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If you're a young person, we can tell you one certainty about your relationship with your mother:

You haven't done enough to thank her.

If you're an older person, we have a slightly different thing to say:

Whatever you will do, it will never be enough for everything she's done.

In each case, though, there's always room and the possibility for improvement.

Today is something quite basic: A specific point during the year we set aside to thank all mothers for their efforts. It's not too much to ask, and we should all be capable of giving much more.

We really shouldn't even need the reminder. Considering the hundreds of tasks we matter-of-factly expect mothers to tackle and master, we should be handing them plaques and certificates of honor and achievement.

We shouldn't stop at a simple “Thanks, mom,” either. Give mom at least one specific that you recognize has played a significant role in your growth as a person, or something you both know only she could have done.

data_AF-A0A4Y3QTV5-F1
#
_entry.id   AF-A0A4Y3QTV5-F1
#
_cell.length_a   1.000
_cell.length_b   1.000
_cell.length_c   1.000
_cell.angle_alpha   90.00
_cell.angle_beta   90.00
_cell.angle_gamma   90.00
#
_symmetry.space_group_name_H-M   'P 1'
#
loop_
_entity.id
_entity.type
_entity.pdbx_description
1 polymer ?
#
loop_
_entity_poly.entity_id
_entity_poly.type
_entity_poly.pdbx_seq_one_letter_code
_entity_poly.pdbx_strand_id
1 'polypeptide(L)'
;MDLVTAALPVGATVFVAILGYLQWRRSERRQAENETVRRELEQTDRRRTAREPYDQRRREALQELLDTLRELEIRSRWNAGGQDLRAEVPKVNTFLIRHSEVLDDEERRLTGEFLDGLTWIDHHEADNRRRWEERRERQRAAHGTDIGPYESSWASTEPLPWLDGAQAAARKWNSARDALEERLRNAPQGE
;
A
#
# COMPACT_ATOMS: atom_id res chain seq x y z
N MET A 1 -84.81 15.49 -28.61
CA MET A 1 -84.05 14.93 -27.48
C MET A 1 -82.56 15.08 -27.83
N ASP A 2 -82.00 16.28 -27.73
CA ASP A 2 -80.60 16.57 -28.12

None of us should have any problems coming up with those. Mothers accomplish dozens, if not hundreds, of those quietly helpful bits of assistance, guidance and encouragement on a daily basis.

Motherhood is a lifetime job. There's no point at which a mother stops being a mother. Mother is a lifetime job to the core. Every child — of whatever age — needs to realize that as well.

Met with an onslaught of spring- and summer-season days commemorating other things — Memorial Day, Mother's Day, Father's Day, July 4th — many children (maybe even you) have bemoaned the lack of existence of a “Kid's Day,” only to be told “Every day is Kid's Day.”

That may be true. But let's skip it for today. Maybe every day should really be Mother's Day.

But for starters, give mom that “Thank you,” and one or more of those specifics, a true “thank you” gift personalized from you to your mom.

She may like it even more than a combination of breakfast in bed, a card and some flowers, and a pleasant evening meal.


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